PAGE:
Nitrogen narcosis is caused by the absorption of nitrogen into the body tissues. This occurs as a result of changes in pressure at depth. Nitrogen narcosis can affect all divers, regardless of age or physical condition and is not limited to just one type of dive or one type of diving equipment.
It is the most common of diving illness, and is sometimes called raptures of the deep. Nitrogen narcosis is caused by reduced pressure. As the diver descends below 100 feet, the nitrogen in his blood absorbs in to his body tissue. Because the diver’s body will absorb nitrogen more rapidly than air at depth, he may experience symptoms of intoxication similar to alcohol by the time a depth of 150 feet has been reached.
It is a state of drug intoxication caused by breathing high concentrations of nitrogen. The symptoms are usually similar to those seen with other types of narcosis, but can vary depending on the rate at which the diver descends and ascends. The effects are generally more severe during descent than they are during ascent because there is less time between exposures to high partial pressures of nitrogen.
Nitrogen narcosis causes euphoria, over-confidence, disorientation and poor judgment; this may lead to serious errors in judgment that could result in injury or death if not treated appropriately (i.e., ascending or decompressing).
Different people experience different degrees of nitrogen narcosis depending on their individual susceptibility to it. This susceptibility typically increases with age and with excessive drinking and smoking habits. All divers are susceptible to some degree however and this should never be ignored or minimized.
The increase in susceptibility to nitrogen narcosis
The susceptibility to nitrogen narcosis increases with age and the number of cigarettes smoked per day. The more you smoke, the higher your risk of experiencing symptoms and the greater their intensity. Excessive drinking also increases your likelihood of developing symptoms of nitrogen narcosis. There are a few other factors that can affect someone’s susceptibility to this condition:
- The amount of time spent diving;
- The depth achieved during dives;
- Your body mass index (BMI); and
- Your genetic make-up
How does it happen?
Imagine you’re at the bottom of a swimming pool. If you stay there long enough, your body will get used to breathing water and eventually stop noticing that it’s there. This is similar to what happens when divers breathe air under pressure at depth. The nitrogen in the air becomes concentrated in their bodies and can have harmful effects on their mental state.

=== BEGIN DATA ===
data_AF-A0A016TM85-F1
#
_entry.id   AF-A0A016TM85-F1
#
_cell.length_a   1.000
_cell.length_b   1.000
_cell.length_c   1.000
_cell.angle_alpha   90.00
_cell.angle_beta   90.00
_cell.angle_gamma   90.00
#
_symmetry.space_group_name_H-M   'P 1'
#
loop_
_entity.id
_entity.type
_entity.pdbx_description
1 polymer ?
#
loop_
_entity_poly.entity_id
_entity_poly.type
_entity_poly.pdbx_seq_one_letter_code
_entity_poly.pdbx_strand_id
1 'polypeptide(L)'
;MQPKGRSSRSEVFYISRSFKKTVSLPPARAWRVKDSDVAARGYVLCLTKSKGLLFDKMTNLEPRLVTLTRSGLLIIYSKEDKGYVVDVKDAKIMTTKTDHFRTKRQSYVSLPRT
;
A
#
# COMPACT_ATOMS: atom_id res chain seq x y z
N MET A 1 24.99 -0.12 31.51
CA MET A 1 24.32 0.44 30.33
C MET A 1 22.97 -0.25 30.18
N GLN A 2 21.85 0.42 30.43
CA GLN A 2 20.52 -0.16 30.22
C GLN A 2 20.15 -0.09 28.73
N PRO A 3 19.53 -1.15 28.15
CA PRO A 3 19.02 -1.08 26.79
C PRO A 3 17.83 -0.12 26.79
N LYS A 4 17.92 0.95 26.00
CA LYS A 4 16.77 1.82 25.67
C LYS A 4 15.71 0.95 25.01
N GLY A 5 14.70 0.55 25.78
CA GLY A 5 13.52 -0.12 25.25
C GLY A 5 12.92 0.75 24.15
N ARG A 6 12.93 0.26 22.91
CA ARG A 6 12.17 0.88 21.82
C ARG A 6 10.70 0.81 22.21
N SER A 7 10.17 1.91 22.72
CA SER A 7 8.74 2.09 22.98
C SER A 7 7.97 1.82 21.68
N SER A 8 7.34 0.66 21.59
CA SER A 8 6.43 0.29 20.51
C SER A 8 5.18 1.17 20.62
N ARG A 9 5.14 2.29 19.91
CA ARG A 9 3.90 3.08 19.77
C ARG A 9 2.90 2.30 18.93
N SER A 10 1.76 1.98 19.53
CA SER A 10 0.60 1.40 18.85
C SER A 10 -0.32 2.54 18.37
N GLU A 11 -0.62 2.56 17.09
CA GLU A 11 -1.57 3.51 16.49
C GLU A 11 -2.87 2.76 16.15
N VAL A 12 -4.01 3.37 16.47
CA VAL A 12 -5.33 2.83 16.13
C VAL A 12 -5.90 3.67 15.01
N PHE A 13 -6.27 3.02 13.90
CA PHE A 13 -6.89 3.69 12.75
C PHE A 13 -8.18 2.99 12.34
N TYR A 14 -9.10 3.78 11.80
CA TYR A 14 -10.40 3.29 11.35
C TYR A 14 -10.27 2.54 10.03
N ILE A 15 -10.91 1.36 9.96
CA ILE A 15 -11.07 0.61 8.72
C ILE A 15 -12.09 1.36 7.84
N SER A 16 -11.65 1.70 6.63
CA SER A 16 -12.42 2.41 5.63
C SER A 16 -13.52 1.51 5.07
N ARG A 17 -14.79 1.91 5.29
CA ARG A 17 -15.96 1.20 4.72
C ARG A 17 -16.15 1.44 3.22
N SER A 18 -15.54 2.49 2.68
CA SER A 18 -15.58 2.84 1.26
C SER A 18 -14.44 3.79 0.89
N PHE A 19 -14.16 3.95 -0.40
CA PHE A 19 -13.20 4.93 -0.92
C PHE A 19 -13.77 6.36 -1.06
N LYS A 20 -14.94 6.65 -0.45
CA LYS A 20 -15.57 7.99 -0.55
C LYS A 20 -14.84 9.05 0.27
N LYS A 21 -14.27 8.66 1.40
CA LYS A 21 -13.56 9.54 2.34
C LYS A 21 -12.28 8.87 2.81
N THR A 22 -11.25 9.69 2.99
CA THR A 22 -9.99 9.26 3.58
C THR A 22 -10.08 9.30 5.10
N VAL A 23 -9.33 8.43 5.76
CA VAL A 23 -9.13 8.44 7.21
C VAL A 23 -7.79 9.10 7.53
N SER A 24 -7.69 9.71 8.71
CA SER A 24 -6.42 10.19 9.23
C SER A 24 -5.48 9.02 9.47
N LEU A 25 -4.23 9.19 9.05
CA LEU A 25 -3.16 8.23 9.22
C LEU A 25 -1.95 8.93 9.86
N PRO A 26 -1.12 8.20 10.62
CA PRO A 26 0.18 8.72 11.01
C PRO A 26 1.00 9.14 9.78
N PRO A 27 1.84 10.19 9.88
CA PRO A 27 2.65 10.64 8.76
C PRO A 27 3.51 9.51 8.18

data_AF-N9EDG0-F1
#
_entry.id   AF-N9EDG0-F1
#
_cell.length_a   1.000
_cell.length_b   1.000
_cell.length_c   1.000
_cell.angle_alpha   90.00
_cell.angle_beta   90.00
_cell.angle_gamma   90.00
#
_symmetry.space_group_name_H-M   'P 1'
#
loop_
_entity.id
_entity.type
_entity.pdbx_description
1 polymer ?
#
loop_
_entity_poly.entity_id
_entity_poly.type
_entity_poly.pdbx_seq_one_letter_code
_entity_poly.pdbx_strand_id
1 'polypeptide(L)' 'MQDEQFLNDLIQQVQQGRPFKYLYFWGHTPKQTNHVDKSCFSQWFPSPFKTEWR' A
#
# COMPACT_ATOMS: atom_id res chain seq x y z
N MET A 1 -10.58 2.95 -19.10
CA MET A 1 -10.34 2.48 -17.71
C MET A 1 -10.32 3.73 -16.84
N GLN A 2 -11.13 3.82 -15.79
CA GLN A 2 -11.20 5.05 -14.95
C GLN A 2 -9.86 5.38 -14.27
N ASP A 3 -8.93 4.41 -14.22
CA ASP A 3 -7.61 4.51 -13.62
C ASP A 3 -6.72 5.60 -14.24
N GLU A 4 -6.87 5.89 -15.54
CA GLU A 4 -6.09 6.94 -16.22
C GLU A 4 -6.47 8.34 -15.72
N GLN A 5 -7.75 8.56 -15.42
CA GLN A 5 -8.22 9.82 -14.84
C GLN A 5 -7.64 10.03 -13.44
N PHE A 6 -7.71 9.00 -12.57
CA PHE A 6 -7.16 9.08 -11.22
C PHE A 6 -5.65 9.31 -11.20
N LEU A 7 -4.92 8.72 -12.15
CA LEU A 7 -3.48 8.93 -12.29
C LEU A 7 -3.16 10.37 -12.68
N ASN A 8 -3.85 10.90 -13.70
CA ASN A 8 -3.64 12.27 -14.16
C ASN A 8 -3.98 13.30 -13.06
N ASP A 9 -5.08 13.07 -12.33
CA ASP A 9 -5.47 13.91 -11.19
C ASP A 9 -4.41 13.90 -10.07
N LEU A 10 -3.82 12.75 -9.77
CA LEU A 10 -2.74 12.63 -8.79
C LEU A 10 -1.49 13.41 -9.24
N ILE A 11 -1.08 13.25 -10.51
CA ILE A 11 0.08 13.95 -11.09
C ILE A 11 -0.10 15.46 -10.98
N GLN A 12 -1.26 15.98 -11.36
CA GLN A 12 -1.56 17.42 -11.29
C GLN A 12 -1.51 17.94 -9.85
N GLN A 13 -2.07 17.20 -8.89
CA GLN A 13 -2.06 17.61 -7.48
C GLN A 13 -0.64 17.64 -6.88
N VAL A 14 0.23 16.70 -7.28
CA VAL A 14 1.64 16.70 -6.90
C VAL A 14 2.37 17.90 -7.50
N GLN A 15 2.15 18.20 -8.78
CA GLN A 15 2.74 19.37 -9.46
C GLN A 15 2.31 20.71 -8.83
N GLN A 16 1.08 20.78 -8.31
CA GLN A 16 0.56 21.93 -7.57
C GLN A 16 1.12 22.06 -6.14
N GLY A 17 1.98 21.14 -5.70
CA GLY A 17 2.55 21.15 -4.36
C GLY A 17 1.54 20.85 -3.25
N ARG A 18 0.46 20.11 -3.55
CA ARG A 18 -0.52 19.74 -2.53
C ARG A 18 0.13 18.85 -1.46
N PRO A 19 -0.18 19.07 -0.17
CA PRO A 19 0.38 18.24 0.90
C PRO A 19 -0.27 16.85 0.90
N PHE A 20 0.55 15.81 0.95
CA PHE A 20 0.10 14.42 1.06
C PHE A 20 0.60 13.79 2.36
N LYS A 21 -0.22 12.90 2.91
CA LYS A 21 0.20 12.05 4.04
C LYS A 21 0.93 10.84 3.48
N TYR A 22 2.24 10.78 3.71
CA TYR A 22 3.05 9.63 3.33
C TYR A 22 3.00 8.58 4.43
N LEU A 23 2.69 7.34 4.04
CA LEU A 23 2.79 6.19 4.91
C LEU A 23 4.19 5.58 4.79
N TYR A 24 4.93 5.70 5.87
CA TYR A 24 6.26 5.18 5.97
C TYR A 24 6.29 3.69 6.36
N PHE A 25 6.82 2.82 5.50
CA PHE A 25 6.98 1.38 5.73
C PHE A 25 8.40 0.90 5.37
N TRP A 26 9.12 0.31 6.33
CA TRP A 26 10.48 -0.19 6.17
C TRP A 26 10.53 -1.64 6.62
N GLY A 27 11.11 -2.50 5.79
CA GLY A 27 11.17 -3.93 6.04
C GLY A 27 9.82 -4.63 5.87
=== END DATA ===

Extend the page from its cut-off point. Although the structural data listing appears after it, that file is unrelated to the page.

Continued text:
When you dive to deep depths or spend an extended amount of time underwater while breathing compressed air, nitrogen narcosis begins to affect your brain function. In fact, this phenomenon has been known since the early 1900s when divers realized they felt drunk after diving below 100 feet (30 meters).
How do you know if you are experiencing nitrogen narcosis?
If you’re worried that you might be experiencing nitrogen narcosis, there are a few key signs to look out for.
- You’ll start to feel euphoric, which is essentially how people describe being drunk (and why alcohol is sometimes referred to as “liquid courage”).
- You may also start hallucinating. If this happens, stay calm and try to explain what’s happening in a rational manner to whoever around you—even if they aren’t listening.
- You’ll begin to lose consciousness and fall into an unconscious state similar to sleep or drunkenness where breathing becomes more difficult. At this point, it’s time for action!
How it affects divers?
You may have heard the term “nitrogen narcosis” bandied about in diving circles, but do you really know what it means? Nitrogen narcosis is a condition that occurs when divers breathe compressed air at depths below 130 feet. Compressed air contains nitrogen, and at high concentrations, this substance can cause a variety of symptoms—from euphoria to muscle paralysis.
As with anything else related to diving and/or water, there’s always a risk that something bad could happen while you’re out on the sea—and nitrogen narcosis is one of those risks. In fact, if you’ve ever dived more than 100 feet below sea level (which is far deeper than most recreational divers go), then chances are good that your body experienced some sort of effect from breathing compressed air. But don’t worry: The effects will pass once the diver surfaces again!
How to avoid nitrogen narcosis?
- Avoid diving in deep water
- Always dive with a buddy
- Take a course and learn how to dive
- Have a good knowledge of the dive site
- Be aware of the effects of alcohol and drugs before diving
- Have a good knowledge of your physical condition
Diving is a wonderful sport that can provide you with a lifetime of joy and adventure. But diving is also serious business, and it’s important to understand the risks associated with it before taking your first plunge. Nitrogen narcosis is one of these risks, but it can be avoided by following a few simple precautions. Always remember that safety in numbers is key when scuba diving or freediving—you want someone on deck who knows what they’re doing at all times!